Web-based SSH

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Web-based SSH makes it possible to access Secure Shell (SSH) servers through standard web browsers. Respective clients are typically based on JavaScript/Ajax or JavaScript/WebSockets, and, if they work together with an Ajax/WebSocket-to-SSH proxy, can be used to access SSH servers from behind a firewall or proxy that allows HTTP traffic but does not allow SSH traffic.


Web-based SSH clients basically consist of the following parts:

  • Client-side: Typically JavaScript and dynamic HTML pages are used to capture keystrokes, transmit messages to/from the server and display the results in the user's web browser.
  • Server-side/Web application: Incoming requests are processed on the web application server. Keyboard events are forwarded to a secure shell client communicating with the connected SSH server. Terminal output is either passed to the client where it is converted into HTML via JavaScript or it is translated into HTML by the server before it is transmitted to the client.

Client-side terminal emulation[edit]

Web-based SSH servers that utilize client-side terminal emulation typically transmit the raw terminal output from the SSH server directly to the client. This has the advantage of offloading the process of translating terminal output into HTML on to the client. The disadvantage of this method is that it is limited by the capabilities of JavaScript and it will use up a non-trivial amount of the client's CPU and memory to process the incoming character stream. It also relies on the client to keep track of the terminal state and respond to escape sequences.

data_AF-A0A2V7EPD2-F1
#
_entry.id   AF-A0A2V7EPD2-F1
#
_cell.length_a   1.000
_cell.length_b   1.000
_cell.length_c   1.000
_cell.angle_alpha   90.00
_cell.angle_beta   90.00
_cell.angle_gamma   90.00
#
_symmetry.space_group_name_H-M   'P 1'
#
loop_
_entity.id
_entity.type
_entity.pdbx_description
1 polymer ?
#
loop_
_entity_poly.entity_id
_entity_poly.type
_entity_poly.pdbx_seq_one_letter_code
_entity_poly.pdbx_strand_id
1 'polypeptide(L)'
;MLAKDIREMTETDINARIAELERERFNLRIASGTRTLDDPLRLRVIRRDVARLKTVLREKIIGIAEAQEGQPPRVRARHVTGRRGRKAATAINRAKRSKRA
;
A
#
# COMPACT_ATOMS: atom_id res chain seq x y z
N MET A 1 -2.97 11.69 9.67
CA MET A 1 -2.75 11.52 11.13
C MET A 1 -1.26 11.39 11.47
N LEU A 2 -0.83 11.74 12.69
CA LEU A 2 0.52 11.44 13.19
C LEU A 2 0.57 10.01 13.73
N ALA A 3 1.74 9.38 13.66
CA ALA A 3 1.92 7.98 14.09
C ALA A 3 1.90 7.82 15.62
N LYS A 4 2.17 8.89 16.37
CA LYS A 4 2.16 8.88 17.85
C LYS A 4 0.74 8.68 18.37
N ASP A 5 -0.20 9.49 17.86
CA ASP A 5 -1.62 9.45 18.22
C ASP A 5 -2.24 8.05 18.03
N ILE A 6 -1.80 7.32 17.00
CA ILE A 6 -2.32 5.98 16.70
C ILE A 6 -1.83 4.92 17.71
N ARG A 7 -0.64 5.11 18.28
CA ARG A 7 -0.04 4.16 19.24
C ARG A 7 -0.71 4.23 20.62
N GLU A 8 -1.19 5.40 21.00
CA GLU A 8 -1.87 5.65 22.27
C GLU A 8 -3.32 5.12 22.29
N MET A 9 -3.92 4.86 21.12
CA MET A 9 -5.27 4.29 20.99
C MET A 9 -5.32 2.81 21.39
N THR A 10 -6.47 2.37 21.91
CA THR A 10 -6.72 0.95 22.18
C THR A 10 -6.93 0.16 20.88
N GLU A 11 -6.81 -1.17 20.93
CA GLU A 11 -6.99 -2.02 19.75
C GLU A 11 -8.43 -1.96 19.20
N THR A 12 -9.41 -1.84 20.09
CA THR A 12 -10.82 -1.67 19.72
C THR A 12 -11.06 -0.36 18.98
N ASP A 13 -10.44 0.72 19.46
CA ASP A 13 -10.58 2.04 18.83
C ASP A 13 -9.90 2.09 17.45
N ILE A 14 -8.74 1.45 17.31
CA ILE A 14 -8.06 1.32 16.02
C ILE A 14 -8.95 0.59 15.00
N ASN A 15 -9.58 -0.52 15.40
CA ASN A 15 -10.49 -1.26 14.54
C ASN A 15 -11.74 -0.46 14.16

Client-side terminal emulator example: vt100.js[1]

Server-side terminal emulation[edit]

Web-based SSH servers that utilize server-side terminal emulation typically keep track of the terminal screen and state in memory and convert it to HTML either when a screen update occurs or when the client expressly requests an update. The advantage of this method is that the state of the terminal remains persistent even if the user connects to their existing session(s) from a different web browser. It also enables the server to act upon terminal output even if the user is disconnected.[2] The disadvantage of this method is that it uses up more CPU and memory on the server.

Server-side terminal emulator example: terminal.py[3]


The main advantages of web-based SSH can be summarized as follows:

  • Accessibility: Web-based SSH as described in this article requires no local installation of client software. It is thus possible to access SSH servers through a web browser from anywhere. As communication is based on HTTP or HTTPS it is also possible to access SSH servers from behind a firewall or proxy that restricts Internet access to only ports 80 (HTTP) or 443 (HTTPS).
  • Anonymous Access: As SSH access is tunneled through an intermediary web application server it is this server which actually communicates with the SSH server. This means that the SSH server will only be aware of the IP address of the web application server, keeping the actual client's IP address hidden.